Patterns of Software

is the title of a truly excellent book by Richard Gabriel. I reread this every year or so. Each time it speaks to me with new depth and wisdom. As usual I'm going to quote from a few pages:
My overall bias is that technology science, engineering and company organization are all secondary to the people and human concerns in the endeavor.
Compression is that characteristic of a piece of language in which each word assumes many meanings and derives its meaning from the context.
What [D'Arcy] Thompson insisted on was that every form is basically the end result of a certain growth process.
The process of software construction is the single most important determining factor in software quality.
Methodologists who insist of separating analysis and design from coding are missing the essential features of design: The design is in the code, not in a document or in a diagram.
Poincaré; once said: "Sociologists discuss sociological methods [not sociology]; physicists discuss physics [not physics methods]." I love this statement. Study of method by itself is always barren.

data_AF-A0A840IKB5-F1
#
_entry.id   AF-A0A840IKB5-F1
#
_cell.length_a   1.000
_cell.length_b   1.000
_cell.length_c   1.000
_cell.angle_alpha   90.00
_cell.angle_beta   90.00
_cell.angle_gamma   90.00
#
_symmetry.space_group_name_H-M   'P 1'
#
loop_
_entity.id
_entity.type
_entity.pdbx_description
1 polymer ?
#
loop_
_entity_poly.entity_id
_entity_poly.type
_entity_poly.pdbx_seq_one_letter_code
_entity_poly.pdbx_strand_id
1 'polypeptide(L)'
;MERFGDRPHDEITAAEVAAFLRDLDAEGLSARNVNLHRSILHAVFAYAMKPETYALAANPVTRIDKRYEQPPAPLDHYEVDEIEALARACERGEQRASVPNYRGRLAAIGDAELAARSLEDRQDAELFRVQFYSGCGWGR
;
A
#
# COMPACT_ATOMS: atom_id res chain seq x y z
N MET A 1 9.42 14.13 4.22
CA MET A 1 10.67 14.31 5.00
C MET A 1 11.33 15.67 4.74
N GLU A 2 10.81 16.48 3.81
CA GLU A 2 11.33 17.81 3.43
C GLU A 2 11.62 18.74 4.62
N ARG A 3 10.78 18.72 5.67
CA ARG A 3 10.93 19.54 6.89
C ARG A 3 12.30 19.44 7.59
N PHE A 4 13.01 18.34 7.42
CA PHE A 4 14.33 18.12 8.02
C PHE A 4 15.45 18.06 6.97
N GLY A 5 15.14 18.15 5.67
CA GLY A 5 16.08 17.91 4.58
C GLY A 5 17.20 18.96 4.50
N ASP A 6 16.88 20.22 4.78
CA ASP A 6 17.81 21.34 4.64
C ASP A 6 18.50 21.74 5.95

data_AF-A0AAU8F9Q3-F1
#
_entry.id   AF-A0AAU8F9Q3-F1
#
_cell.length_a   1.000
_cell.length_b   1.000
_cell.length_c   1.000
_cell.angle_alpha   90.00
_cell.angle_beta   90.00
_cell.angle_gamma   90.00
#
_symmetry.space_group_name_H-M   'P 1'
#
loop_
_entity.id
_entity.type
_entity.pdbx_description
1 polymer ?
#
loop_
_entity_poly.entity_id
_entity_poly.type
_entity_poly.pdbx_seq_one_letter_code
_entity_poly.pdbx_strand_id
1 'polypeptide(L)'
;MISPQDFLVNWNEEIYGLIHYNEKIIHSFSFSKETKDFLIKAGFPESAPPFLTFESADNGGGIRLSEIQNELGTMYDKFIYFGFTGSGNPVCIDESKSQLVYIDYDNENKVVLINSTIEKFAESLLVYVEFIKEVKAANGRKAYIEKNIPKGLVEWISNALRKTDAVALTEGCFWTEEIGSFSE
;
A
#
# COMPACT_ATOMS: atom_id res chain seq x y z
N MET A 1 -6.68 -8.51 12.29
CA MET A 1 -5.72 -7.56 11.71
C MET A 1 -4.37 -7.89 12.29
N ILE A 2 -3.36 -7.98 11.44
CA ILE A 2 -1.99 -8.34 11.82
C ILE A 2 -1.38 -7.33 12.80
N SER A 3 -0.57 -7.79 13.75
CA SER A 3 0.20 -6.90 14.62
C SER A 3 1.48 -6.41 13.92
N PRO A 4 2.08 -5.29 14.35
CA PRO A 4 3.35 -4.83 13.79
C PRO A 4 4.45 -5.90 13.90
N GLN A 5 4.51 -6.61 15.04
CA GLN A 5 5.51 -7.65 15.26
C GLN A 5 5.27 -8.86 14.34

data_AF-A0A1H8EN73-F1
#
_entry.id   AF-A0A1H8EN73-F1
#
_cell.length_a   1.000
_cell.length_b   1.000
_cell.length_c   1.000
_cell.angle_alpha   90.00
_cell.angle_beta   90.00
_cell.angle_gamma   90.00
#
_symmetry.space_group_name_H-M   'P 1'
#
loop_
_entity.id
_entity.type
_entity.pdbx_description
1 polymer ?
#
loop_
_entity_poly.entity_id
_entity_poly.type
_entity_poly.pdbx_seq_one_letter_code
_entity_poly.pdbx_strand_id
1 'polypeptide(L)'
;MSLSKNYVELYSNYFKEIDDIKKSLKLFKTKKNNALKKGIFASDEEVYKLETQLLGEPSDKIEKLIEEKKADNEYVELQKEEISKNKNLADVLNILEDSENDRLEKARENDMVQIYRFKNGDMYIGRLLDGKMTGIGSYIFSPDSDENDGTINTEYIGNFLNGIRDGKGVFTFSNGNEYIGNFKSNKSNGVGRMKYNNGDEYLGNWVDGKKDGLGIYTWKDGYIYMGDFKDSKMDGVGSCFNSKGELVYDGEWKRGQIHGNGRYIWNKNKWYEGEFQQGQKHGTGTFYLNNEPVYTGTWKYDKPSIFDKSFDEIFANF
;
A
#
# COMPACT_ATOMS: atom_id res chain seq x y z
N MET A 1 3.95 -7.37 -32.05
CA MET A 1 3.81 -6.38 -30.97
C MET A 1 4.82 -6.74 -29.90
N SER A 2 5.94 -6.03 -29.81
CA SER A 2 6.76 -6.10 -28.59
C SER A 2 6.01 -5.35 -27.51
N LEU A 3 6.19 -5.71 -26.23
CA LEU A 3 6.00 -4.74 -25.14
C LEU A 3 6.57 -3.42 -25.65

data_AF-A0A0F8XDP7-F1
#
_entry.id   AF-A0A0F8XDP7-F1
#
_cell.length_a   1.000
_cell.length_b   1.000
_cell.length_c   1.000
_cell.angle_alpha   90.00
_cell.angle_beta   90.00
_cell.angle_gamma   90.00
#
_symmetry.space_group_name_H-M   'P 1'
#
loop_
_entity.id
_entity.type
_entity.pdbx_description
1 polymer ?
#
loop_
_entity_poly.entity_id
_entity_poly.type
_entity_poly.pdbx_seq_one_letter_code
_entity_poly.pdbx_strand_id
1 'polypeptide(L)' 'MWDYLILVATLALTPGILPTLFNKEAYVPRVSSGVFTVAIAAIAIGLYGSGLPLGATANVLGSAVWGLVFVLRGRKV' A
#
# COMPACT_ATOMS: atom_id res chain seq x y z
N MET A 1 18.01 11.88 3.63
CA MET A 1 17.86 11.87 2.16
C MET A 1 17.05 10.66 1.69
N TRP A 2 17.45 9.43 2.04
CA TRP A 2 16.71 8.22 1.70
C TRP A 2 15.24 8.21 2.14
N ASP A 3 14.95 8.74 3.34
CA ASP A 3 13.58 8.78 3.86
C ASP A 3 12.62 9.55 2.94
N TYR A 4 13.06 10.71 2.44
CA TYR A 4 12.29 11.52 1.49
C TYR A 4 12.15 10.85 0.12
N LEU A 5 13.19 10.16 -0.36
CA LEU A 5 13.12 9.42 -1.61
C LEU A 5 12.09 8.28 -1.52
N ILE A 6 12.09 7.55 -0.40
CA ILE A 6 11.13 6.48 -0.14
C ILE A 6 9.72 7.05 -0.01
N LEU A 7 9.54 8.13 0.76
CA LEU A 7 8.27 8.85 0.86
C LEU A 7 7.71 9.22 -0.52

Study software, not software methods.
If we hope to make buildings in which the rooms and buildings feel harmonious; we too, must make sure that the structure is correct down to 1/8th of an inch.
To get wholeness, you must try instead to strive for this kind of perfection, where things that don't matter are left rough and unimportant, and the things that really matter are given deep attention.
Without large structure, the design cannot hold together; it becomes merely a jumble of isolated design elements.
The nature of a system is such that at almost granularity it looks the same; it is a system.
In the modern era, we have come to favor simplicity over complexity, perfection over imperfection, symmetry over asymmetry, planning over piecemeal growth, and design awards over habitability. Yet if we look at the art we love and the music, the buildings, towns, and houses, the ones we like have the quality without a name, not the deathlike morphology of clean design.


  1. Jon, you forgot to start with "As usual I'm going to quote from a few pages". I've grown used to that :-) I really like these brief compilations. I might steal the concept for some future blog post.

    Love your portrait in the sidebar, by the way.

  2. Added the missing words just for you Tobias :-)
    Steal away!